Acts 19:27 Parallel Verses [⇓ See commentary ⇓]

Acts 19:27, NIV: "There is danger not only that our trade will lose its good name, but also that the temple of the great goddess Artemis will be discredited; and the goddess herself, who is worshiped throughout the province of Asia and the world, will be robbed of her divine majesty.""

Acts 19:27, ESV: "And there is danger not only that this trade of ours may come into disrepute but also that the temple of the great goddess Artemis may be counted as nothing, and that she may even be deposed from her magnificence, she whom all Asia and the world worship.”"

Acts 19:27, KJV: "So that not only this our craft is in danger to be set at nought; but also that the temple of the great goddess Diana should be despised, and her magnificence should be destroyed, whom all Asia and the world worshippeth."

Acts 19:27, NASB: "Not only is there danger that this trade of ours will fall into disrepute, but also that the temple of the great goddess Artemis will be regarded as worthless, and that she whom all of Asia and the world worship will even be dethroned from her magnificence.'"

Acts 19:27, NLT: "Of course, I'm not just talking about the loss of public respect for our business. I'm also concerned that the temple of the great goddess Artemis will lose its influence and that Artemis--this magnificent goddess worshiped throughout the province of Asia and all around the world--will be robbed of her great prestige!'"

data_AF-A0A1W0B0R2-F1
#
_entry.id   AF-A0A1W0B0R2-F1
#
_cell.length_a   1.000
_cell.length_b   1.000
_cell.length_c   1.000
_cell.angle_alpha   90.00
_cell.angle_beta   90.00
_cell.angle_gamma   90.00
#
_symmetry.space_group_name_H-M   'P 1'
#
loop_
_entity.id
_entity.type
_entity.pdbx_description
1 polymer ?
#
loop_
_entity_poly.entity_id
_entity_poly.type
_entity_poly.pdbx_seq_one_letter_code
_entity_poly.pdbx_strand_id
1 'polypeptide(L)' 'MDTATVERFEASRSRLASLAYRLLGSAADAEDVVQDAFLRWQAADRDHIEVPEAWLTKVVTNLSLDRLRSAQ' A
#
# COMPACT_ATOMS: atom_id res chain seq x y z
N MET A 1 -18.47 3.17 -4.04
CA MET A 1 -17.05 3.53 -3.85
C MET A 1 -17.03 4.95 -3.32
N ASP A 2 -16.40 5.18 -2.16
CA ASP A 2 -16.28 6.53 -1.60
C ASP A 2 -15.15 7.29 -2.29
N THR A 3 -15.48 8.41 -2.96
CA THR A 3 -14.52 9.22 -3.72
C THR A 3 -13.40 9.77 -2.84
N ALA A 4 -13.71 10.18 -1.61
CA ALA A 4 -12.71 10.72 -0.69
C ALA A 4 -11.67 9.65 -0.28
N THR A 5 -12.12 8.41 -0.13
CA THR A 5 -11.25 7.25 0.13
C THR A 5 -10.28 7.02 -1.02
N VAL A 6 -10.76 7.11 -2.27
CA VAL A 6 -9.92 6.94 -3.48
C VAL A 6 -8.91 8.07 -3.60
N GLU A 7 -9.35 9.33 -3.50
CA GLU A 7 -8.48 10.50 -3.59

Acts 19:27, CSB: "Not only do we run a risk that our business may be discredited, but also that the temple of the great goddess Artemis may be despised and her magnificence come to the verge of ruin--the very one all of Asia and the world worship.""

What does Acts 19:27 mean? [⇑ See verse text ⇑]

The story of the silversmiths in Ephesus is intensely relevant for the modern world. Paul brings the message of Jesus: His loving sacrifice on the cross and His resurrection that offers forgiveness and reconciliation with God. The Holy Spirit works through Paul to heal infirmities and release people from bondage to demons and witchcraft. People from all over the district come to find the grace they so desperately need (Acts 19:8–12, 18–20, 26).

But the worship of Jesus threatens the livelihoods of craftsmen who make idols (Acts 19:23–25). They gather to brainstorm a marketing campaign. What they come up with is the fact that the province of Asia is identified by the worship of Artemis. If people return to worshiping Artemis, the craftsmen will get their business back.

It's telling that the worship of their goddess is a means to an end: the financial exploitation of people. The craftsmen would rather see the people stay enslaved to demons and witchcraft than find freedom. It's easier to make money off people who are oppressed than those who are free.

Asia is a province that takes up a large part of the southwest portion of modern-day Turkey; Ephesus is its capital. The temple to Artemis was one of the Seven Wonders of the Ancient World. Despite that the craftsmen nearly start a riot and Paul leaves soon after (Acts 20:1), pockets of Greek people in Asia continue to follow Jesus until 1923, when they are relocated to Greece after the Turkish war.